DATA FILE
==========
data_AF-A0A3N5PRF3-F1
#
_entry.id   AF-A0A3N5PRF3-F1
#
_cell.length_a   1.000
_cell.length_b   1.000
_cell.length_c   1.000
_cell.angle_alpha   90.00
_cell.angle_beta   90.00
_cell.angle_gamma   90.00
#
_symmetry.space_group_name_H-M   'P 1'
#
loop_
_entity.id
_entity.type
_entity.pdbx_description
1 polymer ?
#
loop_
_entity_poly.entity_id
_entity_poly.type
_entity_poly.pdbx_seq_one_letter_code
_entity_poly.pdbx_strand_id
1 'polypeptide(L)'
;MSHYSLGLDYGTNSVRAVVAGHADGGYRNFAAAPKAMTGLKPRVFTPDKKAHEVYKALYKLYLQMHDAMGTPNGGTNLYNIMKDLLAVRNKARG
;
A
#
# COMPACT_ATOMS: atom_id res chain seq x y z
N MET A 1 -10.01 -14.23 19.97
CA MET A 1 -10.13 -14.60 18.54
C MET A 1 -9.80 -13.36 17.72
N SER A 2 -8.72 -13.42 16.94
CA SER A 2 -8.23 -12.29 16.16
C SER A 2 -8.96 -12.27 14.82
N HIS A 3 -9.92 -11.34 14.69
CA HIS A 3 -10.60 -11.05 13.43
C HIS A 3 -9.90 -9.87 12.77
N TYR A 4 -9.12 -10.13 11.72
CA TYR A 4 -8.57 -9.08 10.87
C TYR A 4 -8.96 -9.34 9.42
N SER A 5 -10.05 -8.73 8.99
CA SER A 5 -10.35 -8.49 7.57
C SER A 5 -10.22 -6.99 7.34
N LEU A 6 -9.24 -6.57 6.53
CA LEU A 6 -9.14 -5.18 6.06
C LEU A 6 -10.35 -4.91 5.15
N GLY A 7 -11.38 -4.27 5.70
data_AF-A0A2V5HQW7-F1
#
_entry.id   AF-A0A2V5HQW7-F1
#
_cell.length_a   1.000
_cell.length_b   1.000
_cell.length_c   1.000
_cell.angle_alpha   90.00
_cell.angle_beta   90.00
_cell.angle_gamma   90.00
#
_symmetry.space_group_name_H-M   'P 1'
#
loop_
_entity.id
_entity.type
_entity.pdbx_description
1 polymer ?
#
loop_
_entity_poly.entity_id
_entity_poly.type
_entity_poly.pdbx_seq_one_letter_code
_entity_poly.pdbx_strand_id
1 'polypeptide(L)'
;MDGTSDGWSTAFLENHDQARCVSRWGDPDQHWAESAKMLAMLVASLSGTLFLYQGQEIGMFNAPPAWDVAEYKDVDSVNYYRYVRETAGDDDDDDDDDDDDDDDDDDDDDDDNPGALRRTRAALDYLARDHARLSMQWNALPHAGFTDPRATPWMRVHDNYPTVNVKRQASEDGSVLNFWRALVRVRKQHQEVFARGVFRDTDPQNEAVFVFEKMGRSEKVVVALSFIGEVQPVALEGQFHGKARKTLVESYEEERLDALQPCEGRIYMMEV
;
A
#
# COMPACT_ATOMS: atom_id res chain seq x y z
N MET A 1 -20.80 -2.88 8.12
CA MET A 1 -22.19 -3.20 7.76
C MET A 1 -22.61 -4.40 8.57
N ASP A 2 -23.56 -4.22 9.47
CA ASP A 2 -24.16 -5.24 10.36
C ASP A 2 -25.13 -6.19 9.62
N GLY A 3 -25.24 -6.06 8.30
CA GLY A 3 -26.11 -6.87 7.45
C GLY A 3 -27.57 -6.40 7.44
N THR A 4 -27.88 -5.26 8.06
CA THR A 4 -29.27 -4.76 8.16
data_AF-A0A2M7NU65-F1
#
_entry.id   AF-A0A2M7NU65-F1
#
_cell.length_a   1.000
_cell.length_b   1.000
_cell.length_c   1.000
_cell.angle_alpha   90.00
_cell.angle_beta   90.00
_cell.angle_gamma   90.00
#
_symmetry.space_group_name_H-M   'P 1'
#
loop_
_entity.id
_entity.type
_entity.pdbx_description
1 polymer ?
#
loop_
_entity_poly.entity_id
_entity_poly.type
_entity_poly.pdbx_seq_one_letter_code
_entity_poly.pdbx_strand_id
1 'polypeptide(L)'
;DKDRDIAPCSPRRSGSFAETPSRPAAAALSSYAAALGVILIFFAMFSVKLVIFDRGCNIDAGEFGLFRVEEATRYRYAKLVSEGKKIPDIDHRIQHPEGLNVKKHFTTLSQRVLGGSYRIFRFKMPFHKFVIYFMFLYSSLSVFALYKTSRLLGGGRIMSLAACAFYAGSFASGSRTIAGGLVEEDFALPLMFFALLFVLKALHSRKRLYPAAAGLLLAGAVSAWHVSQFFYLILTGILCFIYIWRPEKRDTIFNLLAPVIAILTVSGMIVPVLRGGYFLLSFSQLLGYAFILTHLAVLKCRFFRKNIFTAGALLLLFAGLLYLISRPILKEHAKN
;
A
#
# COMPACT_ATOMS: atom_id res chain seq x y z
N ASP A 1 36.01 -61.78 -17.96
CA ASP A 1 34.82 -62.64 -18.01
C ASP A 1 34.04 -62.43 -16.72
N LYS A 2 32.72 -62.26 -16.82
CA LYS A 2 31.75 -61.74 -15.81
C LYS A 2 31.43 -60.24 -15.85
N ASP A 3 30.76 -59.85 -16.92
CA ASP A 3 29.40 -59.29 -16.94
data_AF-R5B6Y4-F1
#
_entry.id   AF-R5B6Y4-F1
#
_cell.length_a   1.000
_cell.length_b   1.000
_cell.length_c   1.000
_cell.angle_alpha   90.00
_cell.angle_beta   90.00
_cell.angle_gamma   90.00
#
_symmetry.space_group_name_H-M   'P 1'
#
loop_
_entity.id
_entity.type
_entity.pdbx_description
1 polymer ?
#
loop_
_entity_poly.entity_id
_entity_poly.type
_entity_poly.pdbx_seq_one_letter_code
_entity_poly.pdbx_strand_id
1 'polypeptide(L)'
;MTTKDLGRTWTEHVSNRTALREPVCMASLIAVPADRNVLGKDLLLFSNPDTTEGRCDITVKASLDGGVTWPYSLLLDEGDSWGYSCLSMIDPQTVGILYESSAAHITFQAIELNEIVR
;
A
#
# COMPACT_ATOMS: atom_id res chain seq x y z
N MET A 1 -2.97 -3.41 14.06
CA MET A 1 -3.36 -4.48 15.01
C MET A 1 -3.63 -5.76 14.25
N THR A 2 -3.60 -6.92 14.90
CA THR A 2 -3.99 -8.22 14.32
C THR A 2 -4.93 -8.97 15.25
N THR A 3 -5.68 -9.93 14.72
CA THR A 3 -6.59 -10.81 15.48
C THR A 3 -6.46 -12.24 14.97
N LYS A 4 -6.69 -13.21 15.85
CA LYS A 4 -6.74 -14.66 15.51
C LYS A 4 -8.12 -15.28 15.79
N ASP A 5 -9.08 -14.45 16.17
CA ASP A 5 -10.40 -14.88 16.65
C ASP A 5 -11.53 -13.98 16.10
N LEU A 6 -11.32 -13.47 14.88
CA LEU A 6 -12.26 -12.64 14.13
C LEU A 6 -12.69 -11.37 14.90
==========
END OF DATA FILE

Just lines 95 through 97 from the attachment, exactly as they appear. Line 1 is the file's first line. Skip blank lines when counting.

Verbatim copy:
_cell.length_a   1.000
_cell.length_b   1.000
_cell.length_c   1.000